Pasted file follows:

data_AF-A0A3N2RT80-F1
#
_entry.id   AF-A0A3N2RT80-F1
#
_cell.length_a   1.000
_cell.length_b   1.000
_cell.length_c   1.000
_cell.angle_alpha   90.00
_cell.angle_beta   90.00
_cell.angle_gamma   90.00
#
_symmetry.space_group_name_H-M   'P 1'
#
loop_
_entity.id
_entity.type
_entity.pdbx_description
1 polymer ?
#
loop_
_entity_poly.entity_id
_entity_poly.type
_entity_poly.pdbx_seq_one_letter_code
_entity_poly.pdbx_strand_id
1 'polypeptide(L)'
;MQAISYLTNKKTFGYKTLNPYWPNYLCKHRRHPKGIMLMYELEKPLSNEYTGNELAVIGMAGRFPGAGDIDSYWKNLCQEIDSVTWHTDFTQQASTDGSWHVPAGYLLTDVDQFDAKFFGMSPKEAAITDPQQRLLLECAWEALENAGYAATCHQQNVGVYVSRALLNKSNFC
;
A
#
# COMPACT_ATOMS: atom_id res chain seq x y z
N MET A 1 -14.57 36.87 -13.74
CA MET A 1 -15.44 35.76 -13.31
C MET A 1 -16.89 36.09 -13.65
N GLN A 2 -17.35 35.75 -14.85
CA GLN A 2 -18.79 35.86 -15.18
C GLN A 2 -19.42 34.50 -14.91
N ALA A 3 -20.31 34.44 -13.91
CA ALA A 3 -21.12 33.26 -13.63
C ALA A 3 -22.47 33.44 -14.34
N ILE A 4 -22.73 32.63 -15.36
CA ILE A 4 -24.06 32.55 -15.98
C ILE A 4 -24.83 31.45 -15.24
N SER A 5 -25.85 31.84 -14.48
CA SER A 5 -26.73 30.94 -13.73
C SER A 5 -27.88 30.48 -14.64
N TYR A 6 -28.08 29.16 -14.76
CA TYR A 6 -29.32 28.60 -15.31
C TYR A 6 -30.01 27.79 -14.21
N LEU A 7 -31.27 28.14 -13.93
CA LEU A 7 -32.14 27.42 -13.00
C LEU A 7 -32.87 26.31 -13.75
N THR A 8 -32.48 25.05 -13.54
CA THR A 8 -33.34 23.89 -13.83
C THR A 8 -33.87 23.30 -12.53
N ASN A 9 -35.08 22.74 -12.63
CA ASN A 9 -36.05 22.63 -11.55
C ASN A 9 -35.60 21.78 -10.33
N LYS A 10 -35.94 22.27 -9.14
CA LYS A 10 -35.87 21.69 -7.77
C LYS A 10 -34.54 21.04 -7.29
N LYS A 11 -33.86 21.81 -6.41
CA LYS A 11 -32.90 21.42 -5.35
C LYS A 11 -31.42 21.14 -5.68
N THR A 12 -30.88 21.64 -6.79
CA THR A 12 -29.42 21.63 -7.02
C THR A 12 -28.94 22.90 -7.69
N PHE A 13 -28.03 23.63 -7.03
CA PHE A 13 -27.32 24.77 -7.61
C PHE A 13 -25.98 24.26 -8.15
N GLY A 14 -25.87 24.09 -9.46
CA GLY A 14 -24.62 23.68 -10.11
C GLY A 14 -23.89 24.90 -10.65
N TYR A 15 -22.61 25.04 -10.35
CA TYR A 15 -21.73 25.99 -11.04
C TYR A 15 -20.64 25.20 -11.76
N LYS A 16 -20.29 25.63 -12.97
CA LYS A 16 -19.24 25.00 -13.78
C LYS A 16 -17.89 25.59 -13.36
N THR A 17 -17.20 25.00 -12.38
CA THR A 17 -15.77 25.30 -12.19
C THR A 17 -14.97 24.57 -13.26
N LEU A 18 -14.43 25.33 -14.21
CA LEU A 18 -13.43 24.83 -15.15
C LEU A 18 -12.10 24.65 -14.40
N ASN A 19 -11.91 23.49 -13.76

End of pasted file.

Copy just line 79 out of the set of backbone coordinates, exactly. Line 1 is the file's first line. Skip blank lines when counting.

N THR A 17 -17.20 25.00 -12.38